Total Lunar Eclipse

A total Lunar Eclipse is also called a blood moon because of its red color, but the blood moon term is not scientifically defined. A total Lunar eclipse is caused when the Earth blocks the sunlight ultimately reaching the Moon. A lunar eclipse is safe to view without any required eye protection.   

Solar Eclipse

Solar Eclipse occurs when all three planets, Earth, Moon, and the Sun, are in a line, and the Moon is in between the other two. Moon caste shadow that blocks some of the Sun’s light from reaching the surface of the Earth. It is the same as a cloud or tree blocking the sunlight coming to you. It is the reflected light that is dangerous to the eyes when someone looks at the Sun directly.

Total Solar Eclipse

Total Solar Eclipses are rare. During total solar eclipses, the Moon’s shadow blocks all the visible and ultraviolet rays of the Sun. So it is safe to look at the Sun during the Solar eclipse, which looks like a black hole. It is the time when one can see the Sun’s corona with the naked eye. Due to the reflected light, the surrounding atmosphere will not be completely dark.

It takes a few minutes for the eclipse to last, and the Moon’s shadow will move aside, allowing the Sun’s rays to be visible again. At this point, it is dangerous to look at the Sun. Even a narrow crescent of the Sun will damage the lens or retina of your eyes as it has enough ultraviolet rays.

Whether there is an eclipse or not, wearing sunglasses cannot protect your eyes from damage due to invisible ultraviolet rays. One effect of Solar Eclipses is that it marks a decrease in overall sunlight in the region.

Why Is The Time Duration of Lunar Eclipse Longer Than The Solar Eclipse?

In the Lunar and Solar Eclipses, the distance between the Moon and Earth is almost the same. During Solar Eclipse, the Moon’s shadow falls on the Earth’s surface, and takes a little duration of time for the Moon’s shadow of small width to pass through a specific location on the Earth.

During Lunar Eclipse, the Earth’s shadow is bigger than the Moon. Hence, it takes a longer time duration for the Moon to appear out of the shadow.

Why People Avoid Stepping Out During Eclipse?

The moon blocks some sunlight during a solar eclipse, i.e., The Moon comes between the Sun and the Earth.  The sun is not bright and is shaded, so it gives less UV damage or sunburns. In contrast, during the lunar eclipse, the Moon moves into Earth’s shadow, passing behind it relative to the Sun.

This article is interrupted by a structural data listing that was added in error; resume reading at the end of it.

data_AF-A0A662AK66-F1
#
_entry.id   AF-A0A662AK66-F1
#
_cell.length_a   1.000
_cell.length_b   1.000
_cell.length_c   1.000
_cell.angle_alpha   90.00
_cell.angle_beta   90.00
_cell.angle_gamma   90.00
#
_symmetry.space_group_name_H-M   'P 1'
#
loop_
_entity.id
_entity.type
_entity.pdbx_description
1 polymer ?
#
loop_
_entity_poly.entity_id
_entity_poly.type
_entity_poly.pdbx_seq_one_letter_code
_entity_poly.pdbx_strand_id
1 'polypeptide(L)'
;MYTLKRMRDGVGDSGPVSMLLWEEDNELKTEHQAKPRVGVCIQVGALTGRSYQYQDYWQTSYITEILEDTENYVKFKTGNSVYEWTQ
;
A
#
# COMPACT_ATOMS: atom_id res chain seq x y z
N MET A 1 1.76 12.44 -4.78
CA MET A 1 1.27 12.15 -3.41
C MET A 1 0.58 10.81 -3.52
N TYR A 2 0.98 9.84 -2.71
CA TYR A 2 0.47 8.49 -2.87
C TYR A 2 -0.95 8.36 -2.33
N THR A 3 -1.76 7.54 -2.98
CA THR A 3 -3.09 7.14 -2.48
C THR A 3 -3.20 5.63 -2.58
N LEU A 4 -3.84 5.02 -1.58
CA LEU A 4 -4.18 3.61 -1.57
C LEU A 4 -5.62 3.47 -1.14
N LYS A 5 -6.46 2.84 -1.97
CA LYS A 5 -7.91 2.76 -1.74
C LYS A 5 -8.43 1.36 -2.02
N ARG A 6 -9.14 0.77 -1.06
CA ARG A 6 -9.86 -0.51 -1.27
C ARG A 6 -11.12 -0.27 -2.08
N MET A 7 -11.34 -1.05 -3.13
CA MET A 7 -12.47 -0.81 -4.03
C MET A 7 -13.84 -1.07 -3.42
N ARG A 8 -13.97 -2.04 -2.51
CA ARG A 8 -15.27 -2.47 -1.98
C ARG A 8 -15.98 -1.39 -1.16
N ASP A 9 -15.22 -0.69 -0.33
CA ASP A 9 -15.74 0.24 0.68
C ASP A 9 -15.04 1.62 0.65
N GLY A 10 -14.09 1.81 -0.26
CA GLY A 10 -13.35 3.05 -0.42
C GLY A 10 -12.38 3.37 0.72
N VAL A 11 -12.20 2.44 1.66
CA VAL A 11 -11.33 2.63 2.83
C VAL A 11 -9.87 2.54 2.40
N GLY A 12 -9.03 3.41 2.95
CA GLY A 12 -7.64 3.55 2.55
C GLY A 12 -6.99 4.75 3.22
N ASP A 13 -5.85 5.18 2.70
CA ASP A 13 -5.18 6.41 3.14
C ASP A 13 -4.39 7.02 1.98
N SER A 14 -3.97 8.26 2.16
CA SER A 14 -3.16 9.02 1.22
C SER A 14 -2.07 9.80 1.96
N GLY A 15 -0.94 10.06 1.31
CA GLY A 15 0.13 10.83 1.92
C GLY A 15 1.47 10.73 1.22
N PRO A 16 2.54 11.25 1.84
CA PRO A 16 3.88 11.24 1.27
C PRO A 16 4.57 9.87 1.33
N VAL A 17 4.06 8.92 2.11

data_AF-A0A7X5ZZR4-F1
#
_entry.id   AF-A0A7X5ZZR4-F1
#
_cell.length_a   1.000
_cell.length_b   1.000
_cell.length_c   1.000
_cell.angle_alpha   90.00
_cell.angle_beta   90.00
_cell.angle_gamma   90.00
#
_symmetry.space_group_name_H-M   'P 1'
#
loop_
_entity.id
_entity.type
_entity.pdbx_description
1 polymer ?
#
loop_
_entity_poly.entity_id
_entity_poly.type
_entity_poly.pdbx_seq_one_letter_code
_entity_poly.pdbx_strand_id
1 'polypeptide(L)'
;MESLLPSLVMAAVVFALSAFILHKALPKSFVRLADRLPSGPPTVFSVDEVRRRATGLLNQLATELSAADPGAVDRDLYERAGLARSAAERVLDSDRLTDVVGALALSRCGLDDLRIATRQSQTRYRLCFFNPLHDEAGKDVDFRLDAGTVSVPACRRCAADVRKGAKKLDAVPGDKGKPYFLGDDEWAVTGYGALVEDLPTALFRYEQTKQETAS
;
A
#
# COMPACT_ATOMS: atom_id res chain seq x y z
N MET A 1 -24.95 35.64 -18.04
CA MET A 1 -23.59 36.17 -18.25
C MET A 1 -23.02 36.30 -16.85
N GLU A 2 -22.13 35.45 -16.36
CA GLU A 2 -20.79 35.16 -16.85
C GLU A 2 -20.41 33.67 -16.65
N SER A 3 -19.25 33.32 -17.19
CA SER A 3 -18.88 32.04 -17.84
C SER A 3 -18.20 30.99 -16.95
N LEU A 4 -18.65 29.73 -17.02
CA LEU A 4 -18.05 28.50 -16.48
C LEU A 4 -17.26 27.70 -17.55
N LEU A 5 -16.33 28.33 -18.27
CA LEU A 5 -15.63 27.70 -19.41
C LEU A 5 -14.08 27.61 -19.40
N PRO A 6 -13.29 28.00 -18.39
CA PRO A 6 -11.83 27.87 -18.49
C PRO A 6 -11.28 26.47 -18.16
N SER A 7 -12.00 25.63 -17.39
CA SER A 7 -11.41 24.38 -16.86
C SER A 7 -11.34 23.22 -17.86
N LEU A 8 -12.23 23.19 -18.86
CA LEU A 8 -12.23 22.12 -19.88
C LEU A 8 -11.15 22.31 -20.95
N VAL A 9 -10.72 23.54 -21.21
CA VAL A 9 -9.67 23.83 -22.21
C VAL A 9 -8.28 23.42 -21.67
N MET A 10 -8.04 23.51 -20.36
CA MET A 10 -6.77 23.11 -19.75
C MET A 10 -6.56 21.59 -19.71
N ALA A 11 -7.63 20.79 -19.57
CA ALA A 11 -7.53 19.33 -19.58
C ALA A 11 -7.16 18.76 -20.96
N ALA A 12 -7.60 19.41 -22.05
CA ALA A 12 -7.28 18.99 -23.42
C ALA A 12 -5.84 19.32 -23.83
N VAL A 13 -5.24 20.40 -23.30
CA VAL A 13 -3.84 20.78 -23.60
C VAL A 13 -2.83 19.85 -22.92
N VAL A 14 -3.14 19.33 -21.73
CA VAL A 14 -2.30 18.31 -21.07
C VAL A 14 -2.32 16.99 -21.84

During the eclipse, it is possible to look at the sun directly. It does not cause much discomfort to the eyes. Sunrays carry harmful rays, like UV Rays and X-rays, etc., which cause harm to your eyes. However, looking directly at the sun can result in damage to the eyes without you noticing it.

During partial Solar Eclipse, people often look at the Sun directly as there is less visible light. However, the invisible ultraviolet rays exist even if there is a partial eclipse. Hence, looking at it directly will damage your eyes. 

Stepping outside and looking at the eclipses is encouraged because eclipses are rare, and people enjoy the dramatic event.

What Are The Effects Of Solar Eclipse On Eyes?

Solar Eclipse can affect your eyes if you don’t use proper eye protection. It can cause retinal burns or eclipse blindness, also called solar retinopathy. This exposure to the sunlight during an eclipse destroys the retina’s cells or causes damage. The damage can occur without pain and can be permanent or temporary. You can also get a burned spot on your retina permanently. It can also make you blind for life.

It takes a few hours to days to experience the damage that occurred to your eyes during the eclipse. You can also experience short-term pain or eye damage like “arc eyes” when you look at a welding flame.

Symptoms Of Looking At Sun Directly During Solar Eclipse

If you look at the sun directly during the eclipse without using eye protection, you can experience loss of:

1. Distorted vision

2. Vision or Solar Retinopathy

3. Altered Color Vision

In case you experience any of these symptoms, you should seek eye treatment or consult an eye care professional.

Featured Eclipses Worldwide In 2021

The year 2021 will have two solar and two lunar eclipses; the details are shown in the table below.

SL. No.EclipseType Of EclipseDate
1Lunar EclipseTotal EclipseMay 26, 2021
2Solar EclipseAnnular EclipseJune 10, 2021
3Lunar Eclipse Partial EclipseNovember 18-19, 2021
4Solar EclipseTotal EclipseDecember 4, 2021

Frequently Asked Questions

Q1. What Is An Eclipse?

Ans: Eclipse is the partial or total obscuring of a celestial body by another celestial body or passing into a celestial body’s shadow. 

Q2. How Can You Differentiate Between Solar And Lunar Eclipse?

Ans: When the Moon passes between the sun and the earth is a Solar Eclipse and when the Earth passes between the sun and the is a Lunar Eclipse.

 Q3. What Are The Three Types Of Solar Eclipses?

Ans: The three major types of Solar Eclipses are partial, total, and annular eclipse.

Q4. What Are The Expected Effects Of Going Out During A Solar Eclipse?

Ans: Fatigue and dizziness are the commonly known and scientifically proven effects of going out during a Solar Eclipse.

Q5. When Will Be The Last Solar Eclipse Of 2021?

Ans: The last Solar Eclipse of 2021 will appear on December 4, 2021. You can view it if you are located in Antarctica, the Atlantic Ocean, the Pacific Ocean, South Africa, South America, and South Australia.